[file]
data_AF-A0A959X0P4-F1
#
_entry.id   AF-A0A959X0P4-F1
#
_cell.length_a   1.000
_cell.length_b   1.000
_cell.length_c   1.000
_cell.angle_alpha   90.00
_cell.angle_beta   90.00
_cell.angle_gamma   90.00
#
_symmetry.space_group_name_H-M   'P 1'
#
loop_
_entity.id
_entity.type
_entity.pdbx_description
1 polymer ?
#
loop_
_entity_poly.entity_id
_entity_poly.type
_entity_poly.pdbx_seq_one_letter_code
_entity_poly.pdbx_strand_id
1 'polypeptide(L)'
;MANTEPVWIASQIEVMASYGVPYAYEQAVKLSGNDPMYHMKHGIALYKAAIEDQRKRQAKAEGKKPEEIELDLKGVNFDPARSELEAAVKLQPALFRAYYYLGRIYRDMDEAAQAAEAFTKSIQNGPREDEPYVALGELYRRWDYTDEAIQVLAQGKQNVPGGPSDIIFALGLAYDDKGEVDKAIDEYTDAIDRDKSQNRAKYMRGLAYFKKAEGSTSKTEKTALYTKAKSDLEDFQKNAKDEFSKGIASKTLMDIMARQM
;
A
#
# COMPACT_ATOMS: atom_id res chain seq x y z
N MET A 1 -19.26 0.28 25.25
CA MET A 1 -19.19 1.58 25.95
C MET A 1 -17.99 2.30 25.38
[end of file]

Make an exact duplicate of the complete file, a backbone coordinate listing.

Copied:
data_AF-A0A959X0P4-F1
#
_entry.id   AF-A0A959X0P4-F1
#
_cell.length_a   1.000
_cell.length_b   1.000
_cell.length_c   1.000
_cell.angle_alpha   90.00
_cell.angle_beta   90.00
_cell.angle_gamma   90.00
#
_symmetry.space_group_name_H-M   'P 1'
#
loop_
_entity.id
_entity.type
_entity.pdbx_description
1 polymer ?
#
loop_
_entity_poly.entity_id
_entity_poly.type
_entity_poly.pdbx_seq_one_letter_code
_entity_poly.pdbx_strand_id
1 'polypeptide(L)'
;MANTEPVWIASQIEVMASYGVPYAYEQAVKLSGNDPMYHMKHGIALYKAAIEDQRKRQAKAEGKKPEEIELDLKGVNFDPARSELEAAVKLQPALFRAYYYLGRIYRDMDEAAQAAEAFTKSIQNGPREDEPYVALGELYRRWDYTDEAIQVLAQGKQNVPGGPSDIIFALGLAYDDKGEVDKAIDEYTDAIDRDKSQNRAKYMRGLAYFKKAEGSTSKTEKTALYTKAKSDLEDFQKNAKDEFSKGIASKTLMDIMARQM
;
A
#
# COMPACT_ATOMS: atom_id res chain seq x y z
N MET A 1 -19.26 0.28 25.25
CA MET A 1 -19.19 1.58 25.95
C MET A 1 -17.99 2.30 25.38